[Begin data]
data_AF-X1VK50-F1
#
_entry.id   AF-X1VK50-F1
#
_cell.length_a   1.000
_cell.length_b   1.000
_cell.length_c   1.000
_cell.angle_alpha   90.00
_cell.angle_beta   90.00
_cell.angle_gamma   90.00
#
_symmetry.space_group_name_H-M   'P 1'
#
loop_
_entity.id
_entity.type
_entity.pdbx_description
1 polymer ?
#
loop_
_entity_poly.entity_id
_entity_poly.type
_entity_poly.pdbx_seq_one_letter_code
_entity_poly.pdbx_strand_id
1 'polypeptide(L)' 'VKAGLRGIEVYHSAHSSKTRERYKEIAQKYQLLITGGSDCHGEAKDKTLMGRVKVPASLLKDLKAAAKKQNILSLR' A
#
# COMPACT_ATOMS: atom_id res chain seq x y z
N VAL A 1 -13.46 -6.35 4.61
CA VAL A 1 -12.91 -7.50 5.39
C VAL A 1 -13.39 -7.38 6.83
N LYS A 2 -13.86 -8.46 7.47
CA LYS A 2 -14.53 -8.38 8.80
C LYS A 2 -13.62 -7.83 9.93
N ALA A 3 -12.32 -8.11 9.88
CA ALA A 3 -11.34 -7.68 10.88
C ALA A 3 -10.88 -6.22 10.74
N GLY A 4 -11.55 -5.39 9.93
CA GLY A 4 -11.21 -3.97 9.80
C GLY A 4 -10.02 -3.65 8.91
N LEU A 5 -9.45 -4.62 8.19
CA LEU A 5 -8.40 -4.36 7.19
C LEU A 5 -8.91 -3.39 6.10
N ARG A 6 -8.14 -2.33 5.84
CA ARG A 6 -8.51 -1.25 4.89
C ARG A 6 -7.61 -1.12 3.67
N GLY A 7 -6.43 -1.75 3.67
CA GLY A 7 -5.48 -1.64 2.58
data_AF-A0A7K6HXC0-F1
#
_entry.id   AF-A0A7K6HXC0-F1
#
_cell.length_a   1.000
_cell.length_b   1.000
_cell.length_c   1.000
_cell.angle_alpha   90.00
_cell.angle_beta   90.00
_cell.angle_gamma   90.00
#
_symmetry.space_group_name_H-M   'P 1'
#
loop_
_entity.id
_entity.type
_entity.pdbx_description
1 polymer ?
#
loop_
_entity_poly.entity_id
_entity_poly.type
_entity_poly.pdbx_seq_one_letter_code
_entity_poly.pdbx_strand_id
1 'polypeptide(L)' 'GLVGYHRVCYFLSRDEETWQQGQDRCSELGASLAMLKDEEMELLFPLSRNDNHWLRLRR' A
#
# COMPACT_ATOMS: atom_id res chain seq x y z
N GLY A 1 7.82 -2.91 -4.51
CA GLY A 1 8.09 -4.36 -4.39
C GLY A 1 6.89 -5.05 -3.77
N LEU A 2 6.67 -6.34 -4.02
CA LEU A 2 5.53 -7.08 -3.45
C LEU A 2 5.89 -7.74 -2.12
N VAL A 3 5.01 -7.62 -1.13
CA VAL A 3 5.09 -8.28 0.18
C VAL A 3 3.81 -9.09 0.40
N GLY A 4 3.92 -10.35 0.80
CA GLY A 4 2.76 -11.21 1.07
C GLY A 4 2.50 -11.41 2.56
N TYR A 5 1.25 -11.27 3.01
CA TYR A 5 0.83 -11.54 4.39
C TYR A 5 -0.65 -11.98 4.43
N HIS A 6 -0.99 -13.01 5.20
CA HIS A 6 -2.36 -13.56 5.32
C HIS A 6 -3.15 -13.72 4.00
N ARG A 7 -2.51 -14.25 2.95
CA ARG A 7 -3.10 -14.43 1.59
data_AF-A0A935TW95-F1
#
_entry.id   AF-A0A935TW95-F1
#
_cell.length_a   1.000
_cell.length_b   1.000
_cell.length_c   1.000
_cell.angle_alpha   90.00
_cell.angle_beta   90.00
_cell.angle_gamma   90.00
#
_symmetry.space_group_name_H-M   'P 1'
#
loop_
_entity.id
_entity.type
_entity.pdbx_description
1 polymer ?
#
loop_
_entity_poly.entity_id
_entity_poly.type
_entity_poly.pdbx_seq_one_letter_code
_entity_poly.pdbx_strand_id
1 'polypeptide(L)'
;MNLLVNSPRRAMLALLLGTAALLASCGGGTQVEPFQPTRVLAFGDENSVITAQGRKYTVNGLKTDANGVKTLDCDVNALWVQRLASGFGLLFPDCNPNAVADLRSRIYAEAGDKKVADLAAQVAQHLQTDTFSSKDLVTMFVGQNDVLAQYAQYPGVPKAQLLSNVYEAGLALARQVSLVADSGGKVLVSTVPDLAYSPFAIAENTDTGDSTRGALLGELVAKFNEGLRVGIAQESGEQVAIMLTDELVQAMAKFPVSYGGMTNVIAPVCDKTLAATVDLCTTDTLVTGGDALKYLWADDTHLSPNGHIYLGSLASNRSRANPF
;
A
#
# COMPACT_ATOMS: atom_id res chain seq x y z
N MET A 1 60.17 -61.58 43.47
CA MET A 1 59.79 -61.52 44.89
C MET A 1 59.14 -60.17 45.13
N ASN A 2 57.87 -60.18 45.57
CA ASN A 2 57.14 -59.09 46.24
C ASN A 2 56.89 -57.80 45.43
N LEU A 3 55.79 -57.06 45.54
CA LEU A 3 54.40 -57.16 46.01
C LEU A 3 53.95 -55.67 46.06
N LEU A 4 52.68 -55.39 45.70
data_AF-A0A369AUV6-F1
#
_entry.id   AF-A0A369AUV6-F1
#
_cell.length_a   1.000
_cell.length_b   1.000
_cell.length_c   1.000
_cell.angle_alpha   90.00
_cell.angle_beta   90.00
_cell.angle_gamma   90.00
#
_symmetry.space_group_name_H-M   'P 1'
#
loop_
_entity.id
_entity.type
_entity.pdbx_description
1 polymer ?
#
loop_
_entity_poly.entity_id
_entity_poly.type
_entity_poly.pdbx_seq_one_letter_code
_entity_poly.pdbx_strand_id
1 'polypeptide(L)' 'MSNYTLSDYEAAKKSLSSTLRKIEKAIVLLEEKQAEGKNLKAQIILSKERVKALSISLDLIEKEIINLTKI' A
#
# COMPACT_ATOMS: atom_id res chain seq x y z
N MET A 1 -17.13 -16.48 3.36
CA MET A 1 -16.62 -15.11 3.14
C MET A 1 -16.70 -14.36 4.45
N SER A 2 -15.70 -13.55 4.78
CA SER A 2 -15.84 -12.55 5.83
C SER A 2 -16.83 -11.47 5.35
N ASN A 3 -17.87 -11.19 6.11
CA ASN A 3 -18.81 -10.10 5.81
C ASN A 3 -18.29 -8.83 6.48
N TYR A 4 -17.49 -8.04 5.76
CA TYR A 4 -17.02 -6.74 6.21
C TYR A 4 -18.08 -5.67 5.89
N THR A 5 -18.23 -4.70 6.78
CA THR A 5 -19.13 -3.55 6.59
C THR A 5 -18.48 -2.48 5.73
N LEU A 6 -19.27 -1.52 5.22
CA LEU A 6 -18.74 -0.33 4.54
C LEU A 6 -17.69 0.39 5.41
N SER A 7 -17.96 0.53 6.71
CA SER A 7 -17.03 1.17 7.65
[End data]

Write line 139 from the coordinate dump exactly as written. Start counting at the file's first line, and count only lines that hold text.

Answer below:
_cell.length_a   1.000